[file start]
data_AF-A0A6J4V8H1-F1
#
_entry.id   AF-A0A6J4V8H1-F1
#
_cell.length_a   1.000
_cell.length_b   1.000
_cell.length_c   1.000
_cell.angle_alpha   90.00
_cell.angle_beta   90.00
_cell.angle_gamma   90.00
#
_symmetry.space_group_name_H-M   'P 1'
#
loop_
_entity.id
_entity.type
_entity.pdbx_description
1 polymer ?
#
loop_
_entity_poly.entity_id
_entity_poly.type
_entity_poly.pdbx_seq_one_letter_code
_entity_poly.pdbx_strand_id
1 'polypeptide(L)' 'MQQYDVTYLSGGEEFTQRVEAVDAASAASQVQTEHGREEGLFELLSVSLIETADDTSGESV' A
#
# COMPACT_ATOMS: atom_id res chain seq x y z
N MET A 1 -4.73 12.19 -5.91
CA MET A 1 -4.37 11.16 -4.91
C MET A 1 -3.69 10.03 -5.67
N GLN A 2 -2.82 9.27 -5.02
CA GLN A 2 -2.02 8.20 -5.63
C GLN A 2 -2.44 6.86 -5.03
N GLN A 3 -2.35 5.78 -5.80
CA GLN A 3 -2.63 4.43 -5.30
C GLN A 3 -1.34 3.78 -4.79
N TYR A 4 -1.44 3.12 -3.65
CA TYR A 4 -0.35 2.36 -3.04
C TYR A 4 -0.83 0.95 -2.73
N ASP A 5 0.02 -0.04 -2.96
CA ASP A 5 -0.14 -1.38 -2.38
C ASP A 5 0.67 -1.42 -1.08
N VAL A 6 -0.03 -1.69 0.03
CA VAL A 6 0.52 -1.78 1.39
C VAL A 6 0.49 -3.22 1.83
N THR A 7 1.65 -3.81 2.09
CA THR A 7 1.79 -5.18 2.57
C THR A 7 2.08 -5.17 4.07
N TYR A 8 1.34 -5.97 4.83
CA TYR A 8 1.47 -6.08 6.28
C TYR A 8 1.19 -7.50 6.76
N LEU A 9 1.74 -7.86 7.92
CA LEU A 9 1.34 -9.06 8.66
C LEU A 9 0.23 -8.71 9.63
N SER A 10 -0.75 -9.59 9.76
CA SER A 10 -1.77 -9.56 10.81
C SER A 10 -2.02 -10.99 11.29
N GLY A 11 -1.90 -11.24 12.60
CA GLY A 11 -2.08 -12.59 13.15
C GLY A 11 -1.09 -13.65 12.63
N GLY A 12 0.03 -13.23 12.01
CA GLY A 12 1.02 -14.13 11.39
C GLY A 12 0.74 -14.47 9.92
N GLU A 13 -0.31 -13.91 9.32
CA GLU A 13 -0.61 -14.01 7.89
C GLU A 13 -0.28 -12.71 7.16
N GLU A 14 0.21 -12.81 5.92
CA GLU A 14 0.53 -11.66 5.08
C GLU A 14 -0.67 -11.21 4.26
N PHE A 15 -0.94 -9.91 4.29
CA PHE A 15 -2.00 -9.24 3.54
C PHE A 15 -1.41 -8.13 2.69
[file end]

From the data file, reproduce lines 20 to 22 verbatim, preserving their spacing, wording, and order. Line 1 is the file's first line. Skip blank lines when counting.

loop_
_entity_poly.entity_id
_entity_poly.type